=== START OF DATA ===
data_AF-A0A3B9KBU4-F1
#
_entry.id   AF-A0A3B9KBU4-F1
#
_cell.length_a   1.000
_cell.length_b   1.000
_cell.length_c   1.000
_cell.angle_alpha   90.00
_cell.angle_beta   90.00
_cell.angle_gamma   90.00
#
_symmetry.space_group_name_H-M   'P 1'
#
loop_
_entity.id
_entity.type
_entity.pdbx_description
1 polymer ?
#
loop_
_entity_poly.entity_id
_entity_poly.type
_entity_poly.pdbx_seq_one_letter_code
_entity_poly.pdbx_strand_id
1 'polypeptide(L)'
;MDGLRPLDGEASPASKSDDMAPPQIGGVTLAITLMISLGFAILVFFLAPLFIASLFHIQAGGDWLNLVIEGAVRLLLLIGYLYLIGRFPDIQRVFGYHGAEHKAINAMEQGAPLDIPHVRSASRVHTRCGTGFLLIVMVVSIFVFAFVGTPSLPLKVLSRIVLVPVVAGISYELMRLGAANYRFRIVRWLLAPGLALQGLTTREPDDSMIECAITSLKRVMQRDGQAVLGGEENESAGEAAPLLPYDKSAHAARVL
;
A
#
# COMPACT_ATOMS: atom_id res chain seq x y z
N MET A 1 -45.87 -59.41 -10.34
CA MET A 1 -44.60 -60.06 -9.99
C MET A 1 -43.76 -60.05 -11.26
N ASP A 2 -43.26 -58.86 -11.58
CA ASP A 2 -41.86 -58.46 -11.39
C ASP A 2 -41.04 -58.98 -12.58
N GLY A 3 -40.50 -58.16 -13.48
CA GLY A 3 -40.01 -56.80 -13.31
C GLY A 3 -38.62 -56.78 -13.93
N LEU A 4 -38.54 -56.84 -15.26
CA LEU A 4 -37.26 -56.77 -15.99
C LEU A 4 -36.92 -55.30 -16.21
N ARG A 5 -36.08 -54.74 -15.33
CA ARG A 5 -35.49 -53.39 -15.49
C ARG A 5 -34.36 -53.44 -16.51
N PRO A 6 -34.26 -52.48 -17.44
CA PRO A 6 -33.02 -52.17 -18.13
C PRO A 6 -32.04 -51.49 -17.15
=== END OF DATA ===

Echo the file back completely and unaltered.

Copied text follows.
data_AF-A0A3B9KBU4-F1
#
_entry.id   AF-A0A3B9KBU4-F1
#
_cell.length_a   1.000
_cell.length_b   1.000
_cell.length_c   1.000
_cell.angle_alpha   90.00
_cell.angle_beta   90.00
_cell.angle_gamma   90.00
#
_symmetry.space_group_name_H-M   'P 1'
#
loop_
_entity.id
_entity.type
_entity.pdbx_description
1 polymer ?
#
loop_
_entity_poly.entity_id
_entity_poly.type
_entity_poly.pdbx_seq_one_letter_code
_entity_poly.pdbx_strand_id
1 'polypeptide(L)'
;MDGLRPLDGEASPASKSDDMAPPQIGGVTLAITLMISLGFAILVFFLAPLFIASLFHIQAGGDWLNLVIEGAVRLLLLIGYLYLIGRFPDIQRVFGYHGAEHKAINAMEQGAPLDIPHVRSASRVHTRCGTGFLLIVMVVSIFVFAFVGTPSLPLKVLSRIVLVPVVAGISYELMRLGAANYRFRIVRWLLAPGLALQGLTTREPDDSMIECAITSLKRVMQRDGQAVLGGEENESAGEAAPLLPYDKSAHAARVL
;
A
#
# COMPACT_ATOMS: atom_id res chain seq x y z
N MET A 1 -45.87 -59.41 -10.34
CA MET A 1 -44.60 -60.06 -9.99
C MET A 1 -43.76 -60.05 -11.26
N ASP A 2 -43.26 -58.86 -11.58
CA ASP A 2 -41.86 -58.46 -11.39
C ASP A 2 -41.04 -58.98 -12.58
N GLY A 3 -40.50 -58.16 -13.48
CA GLY A 3 -40.01 -56.80 -13.31
C GLY A 3 -38.62 -56.78 -13.93
N LEU A 4 -38.54 -56.84 -15.26
CA LEU A 4 -37.26 -56.77 -15.99
C LEU A 4 -36.92 -55.30 -16.21
N ARG A 5 -36.08 -54.74 -15.33
CA ARG A 5 -35.49 -53.39 -15.49
C ARG A 5 -34.36 -53.44 -16.51
N PRO A 6 -34.26 -52.48 -17.44
CA PRO A 6 -33.02 -52.17 -18.13
C PRO A 6 -32.04 -51.49 -17.15